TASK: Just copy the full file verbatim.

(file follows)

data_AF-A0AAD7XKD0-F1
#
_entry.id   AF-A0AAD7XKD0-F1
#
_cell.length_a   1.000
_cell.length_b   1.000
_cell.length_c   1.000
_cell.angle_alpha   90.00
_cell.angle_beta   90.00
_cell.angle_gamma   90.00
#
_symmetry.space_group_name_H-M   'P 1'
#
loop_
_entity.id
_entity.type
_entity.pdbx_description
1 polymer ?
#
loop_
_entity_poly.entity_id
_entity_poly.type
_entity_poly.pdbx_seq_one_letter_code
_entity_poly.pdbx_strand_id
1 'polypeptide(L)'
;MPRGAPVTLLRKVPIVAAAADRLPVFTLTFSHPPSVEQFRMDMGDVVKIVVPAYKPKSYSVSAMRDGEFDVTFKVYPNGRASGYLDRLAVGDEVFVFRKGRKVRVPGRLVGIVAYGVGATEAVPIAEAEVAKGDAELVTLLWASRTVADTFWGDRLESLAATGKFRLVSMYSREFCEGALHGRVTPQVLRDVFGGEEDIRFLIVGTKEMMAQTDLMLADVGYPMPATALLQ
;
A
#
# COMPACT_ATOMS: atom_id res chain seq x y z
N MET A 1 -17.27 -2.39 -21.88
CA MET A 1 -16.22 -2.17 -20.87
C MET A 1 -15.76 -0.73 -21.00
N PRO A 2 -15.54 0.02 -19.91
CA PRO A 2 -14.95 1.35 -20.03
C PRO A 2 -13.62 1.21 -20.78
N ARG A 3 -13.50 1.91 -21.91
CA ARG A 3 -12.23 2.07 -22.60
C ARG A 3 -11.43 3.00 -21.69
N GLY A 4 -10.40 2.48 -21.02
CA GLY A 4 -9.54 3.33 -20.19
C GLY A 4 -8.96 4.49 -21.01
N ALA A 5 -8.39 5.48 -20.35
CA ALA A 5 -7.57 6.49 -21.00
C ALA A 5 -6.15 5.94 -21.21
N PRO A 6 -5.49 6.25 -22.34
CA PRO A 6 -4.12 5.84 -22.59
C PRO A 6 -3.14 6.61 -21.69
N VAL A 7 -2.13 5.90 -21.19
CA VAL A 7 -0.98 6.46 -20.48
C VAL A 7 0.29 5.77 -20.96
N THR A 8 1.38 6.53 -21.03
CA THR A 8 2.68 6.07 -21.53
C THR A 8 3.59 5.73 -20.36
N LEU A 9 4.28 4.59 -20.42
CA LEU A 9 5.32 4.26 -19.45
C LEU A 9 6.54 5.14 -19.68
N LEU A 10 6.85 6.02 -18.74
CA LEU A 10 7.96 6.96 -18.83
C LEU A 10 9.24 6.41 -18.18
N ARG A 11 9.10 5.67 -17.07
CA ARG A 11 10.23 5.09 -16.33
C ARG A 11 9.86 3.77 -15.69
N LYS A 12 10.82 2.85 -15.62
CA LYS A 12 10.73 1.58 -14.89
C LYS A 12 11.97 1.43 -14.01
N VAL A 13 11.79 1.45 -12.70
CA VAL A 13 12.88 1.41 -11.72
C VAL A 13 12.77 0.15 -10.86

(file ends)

data_AF-A0AAD7XKD0-F1
#
_entry.id   AF-A0AAD7XKD0-F1
#
_cell.length_a   1.000
_cell.length_b   1.000
_cell.length_c   1.000
_cell.angle_alpha   90.00
_cell.angle_beta   90.00
_cell.angle_gamma   90.00
#
_symmetry.space_group_name_H-M   'P 1'
#
loop_
_entity.id
_entity.type
_entity.pdbx_description
1 polymer ?
#
loop_
_entity_poly.entity_id
_entity_poly.type
_entity_poly.pdbx_seq_one_letter_code
_entity_poly.pdbx_strand_id
1 'polypeptide(L)'
;MPRGAPVTLLRKVPIVAAAADRLPVFTLTFSHPPSVEQFRMDMGDVVKIVVPAYKPKSYSVSAMRDGEFDVTFKVYPNGRASGYLDRLAVGDEVFVFRKGRKVRVPGRLVGIVAYGVGATEAVPIAEAEVAKGDAELVTLLWASRTVADTFWGDRLESLAATGKFRLVSMYSREFCEGALHGRVTPQVLRDVFGGEEDIRFLIVGTKEMMAQTDLMLADVGYPMPATALLQ
;
A
#
# COMPACT_ATOMS: atom_id res chain seq x y z
N MET A 1 -17.27 -2.39 -21.88
CA MET A 1 -16.22 -2.17 -20.87
C MET A 1 -15.76 -0.73 -21.00
N PRO A 2 -15.54 0.02 -19.91
CA PRO A 2 -14.95 1.35 -20.03
C PRO A 2 -13.62 1.21 -20.78
N ARG A 3 -13.50 1.91 -21.91
CA ARG A 3 -12.23 2.07 -22.60
C ARG A 3 -11.43 3.00 -21.69
N GLY A 4 -10.40 2.48 -21.02
CA GLY A 4 -9.54 3.33 -20.19
C GLY A 4 -8.96 4.49 -21.01
N ALA A 5 -8.39 5.48 -20.35
CA ALA A 5 -7.57 6.49 -21.00
C ALA A 5 -6.15 5.94 -21.21
N PRO A 6 -5.49 6.25 -22.34
CA PRO A 6 -4.12 5.84 -22.59
C PRO A 6 -3.14 6.61 -21.69
N VAL A 7 -2.13 5.90 -21.19
CA VAL A 7 -0.98 6.46 -20.48
C VAL A 7 0.29 5.77 -20.96
N THR A 8 1.38 6.53 -21.03
CA THR A 8 2.68 6.07 -21.53
C THR A 8 3.59 5.73 -20.36
N LEU A 9 4.28 4.59 -20.42
CA LEU A 9 5.32 4.26 -19.45
C LEU A 9 6.54 5.14 -19.68
N LEU A 10 6.85 6.02 -18.74
CA LEU A 10 7.96 6.96 -18.83
C LEU A 10 9.24 6.41 -18.18
N ARG A 11 9.10 5.67 -17.07
CA ARG A 11 10.23 5.09 -16.33
C ARG A 11 9.86 3.77 -15.69
N LYS A 12 10.82 2.85 -15.62
CA LYS A 12 10.73 1.58 -14.89
C LYS A 12 11.97 1.43 -14.01
N VAL A 13 11.79 1.45 -12.70
CA VAL A 13 12.88 1.41 -11.72
C VAL A 13 12.77 0.15 -10.86